### 5.2 Scordelis-Lo roof

In Fig. 10b, the convergence of the maximum displacement \(u_{z,\max }\) is plotted up to polynomial order of \(p=6\) as a function of the element (knot span) size. It is clearly seen that the expected results are achieved, with increasing accuracy for higher-order NURBS. Due to the lack of a more accurate reference solutions, it is not useful to show these results in a double-logarithmic diagram as usual for error plots. The style of presentation follows those of many other references such as, e.g., in [2, 9, 32].

### 5.3 Pinched cylinder

As in the example before, in Fig. 12b, the convergence to a normalized reference displacement as a function of the element size is plotted. The results converge with the expected behaviour as shown in [9, 32]. It is noted that due to the singularity in some mechanical quantities due to the single force, higher-order convergence rates are not possible here. However, the improvement for increasing the order of the NURBS is still seen in the figure. An additional grading of the elements in order to better resolve the singularity would have further improved the situation but is omitted here.

### 5.4 Flower shaped shell

In Fig. 14a, the deformed shell is illustrated. The displacement field is scaled by one order of magnitude. In Fig. 14b, the results of the convergence analysis are plotted. Due to the fact that fourth-order derivatives need to be computed, at least fourth-order shape functions are required. The theoretical optimal order of convergence is \(\mathcal {O}(p-3)\) if the solution is smooth enough. One may observe that higher-order convergence rates are achieved, however, rounding-off errors and the conditioning may slightly influence the convergence. Nevertheless, the results are excellent also given the fact that higher-order accurate results for shells (given in double-logarithmic error plots) are the exception.

## 6 Conclusions and outlook

The linear Kirchhoff–Love shell theory is reformulated in terms of the TDC using a global Cartesian coordinate system and tensor notation. The resulting model equations apply to shell geometries which are parametrized or not. For example, a parametrization may not be available when shell geometries are implied by the level-set method. Because the TDC-based formulation holds in both cases, it may be seen as a generalization to the classical shell theory which is based on parametrizations and curvilinear coordinates.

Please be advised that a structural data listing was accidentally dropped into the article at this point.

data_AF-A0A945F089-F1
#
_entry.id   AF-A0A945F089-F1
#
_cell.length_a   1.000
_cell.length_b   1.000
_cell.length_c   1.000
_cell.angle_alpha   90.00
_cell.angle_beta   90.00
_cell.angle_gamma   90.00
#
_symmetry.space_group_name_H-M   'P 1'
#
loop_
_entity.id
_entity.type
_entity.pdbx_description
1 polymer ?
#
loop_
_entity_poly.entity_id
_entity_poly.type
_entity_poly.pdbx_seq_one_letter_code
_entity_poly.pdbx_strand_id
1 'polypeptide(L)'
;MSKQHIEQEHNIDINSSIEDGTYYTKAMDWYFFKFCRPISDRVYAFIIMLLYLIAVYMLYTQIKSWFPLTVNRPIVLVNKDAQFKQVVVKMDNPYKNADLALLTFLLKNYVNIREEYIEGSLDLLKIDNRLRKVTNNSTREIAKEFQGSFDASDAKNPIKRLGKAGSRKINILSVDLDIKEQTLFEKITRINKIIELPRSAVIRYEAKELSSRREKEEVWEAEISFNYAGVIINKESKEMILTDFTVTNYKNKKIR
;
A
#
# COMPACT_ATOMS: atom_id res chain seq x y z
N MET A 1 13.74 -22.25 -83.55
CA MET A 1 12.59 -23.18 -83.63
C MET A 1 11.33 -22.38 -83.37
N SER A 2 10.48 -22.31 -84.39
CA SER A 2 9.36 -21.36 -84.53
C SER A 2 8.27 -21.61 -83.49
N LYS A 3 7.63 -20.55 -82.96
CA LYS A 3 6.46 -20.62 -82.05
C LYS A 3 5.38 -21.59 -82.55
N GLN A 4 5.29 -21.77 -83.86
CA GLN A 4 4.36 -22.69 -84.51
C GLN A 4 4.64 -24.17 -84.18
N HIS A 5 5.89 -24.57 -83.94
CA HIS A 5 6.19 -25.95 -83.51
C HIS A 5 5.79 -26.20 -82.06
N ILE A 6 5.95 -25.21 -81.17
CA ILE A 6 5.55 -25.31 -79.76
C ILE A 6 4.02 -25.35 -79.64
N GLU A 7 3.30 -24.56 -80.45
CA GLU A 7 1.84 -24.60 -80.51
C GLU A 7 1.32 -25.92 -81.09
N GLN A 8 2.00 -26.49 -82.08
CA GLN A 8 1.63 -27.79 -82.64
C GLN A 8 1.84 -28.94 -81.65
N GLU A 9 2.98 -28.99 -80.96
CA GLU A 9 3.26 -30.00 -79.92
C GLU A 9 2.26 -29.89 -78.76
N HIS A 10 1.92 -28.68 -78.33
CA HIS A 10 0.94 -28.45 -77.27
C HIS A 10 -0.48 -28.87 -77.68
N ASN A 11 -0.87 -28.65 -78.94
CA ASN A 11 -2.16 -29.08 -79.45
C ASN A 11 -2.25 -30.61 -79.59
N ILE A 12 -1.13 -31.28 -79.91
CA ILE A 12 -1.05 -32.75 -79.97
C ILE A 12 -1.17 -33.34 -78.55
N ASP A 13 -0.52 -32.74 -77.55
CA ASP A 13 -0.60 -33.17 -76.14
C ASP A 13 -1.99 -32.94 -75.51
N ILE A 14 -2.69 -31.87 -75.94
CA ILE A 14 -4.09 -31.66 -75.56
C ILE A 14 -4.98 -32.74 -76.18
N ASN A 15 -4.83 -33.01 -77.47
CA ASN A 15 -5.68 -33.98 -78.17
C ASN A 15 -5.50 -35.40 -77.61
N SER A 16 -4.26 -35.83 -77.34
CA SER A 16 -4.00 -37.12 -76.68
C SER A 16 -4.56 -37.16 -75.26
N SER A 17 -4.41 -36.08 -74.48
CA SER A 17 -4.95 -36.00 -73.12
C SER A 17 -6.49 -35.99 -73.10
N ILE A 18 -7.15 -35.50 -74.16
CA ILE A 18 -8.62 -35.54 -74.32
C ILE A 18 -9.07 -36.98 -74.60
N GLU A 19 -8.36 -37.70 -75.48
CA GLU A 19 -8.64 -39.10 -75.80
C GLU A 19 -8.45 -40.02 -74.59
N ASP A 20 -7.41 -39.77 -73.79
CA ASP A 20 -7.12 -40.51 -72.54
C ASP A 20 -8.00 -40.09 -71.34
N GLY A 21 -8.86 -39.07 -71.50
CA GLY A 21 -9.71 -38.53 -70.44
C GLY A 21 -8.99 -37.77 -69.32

The TDC-based strong form is used as the starting point to consistently obtain the weak form including all boundary terms well-known in the Kirchhoff–Love theory. Mechanical stress-resultants such as moments, normal and shear forces are defined in global coordinates. Furthermore, the strong form may be used in the numerical results to compute residual errors and thus enable convergence analyses even without the knowledge of exact solutions which, for shells, are scarce.

For the discretization, the Surface FEM is used with NURBS as trial and test functions. That is, an isogeometric approach is chosen due to continuity requirements. In this case, the presence of a surface mesh (i.e., a NURBS patch), implies a parametrization and although the involved equations and the resulting implementations vary significantly, it is seen that the classical, parametrization-based and the proposed TDC-based formulation are equivalent. For a generic finite element framework enabling various implementations for PDEs on manifolds (in addition to only shells), the TDC-based approach is benefitial, because surface gradients of shape functions may be computed beforehand and are independent of the application.

The numerical results confirm higher-order convergence rates. As mentioned, based on the residual errors, a framework for the verification of complex test cases is presented. There is a large potential in the parametrization-free reformulation of shell models, because the obtained PDEs may be discretized with new finite element techniques such as TraceFEM or CutFEM based on implicitly defined surfaces. In this case, neither the problem statement nor the discretization is based on a parametrization.

## Notes

### Acknowledgements

Open access funding provided by Graz University of Technology.

## Supplementary material

## References

- 1.Başar Y, Krätzig WB (1985) Mechanik der Flächentragwerke. Vieweg+Teubner Verlag, BraunschweigCrossRefGoogle Scholar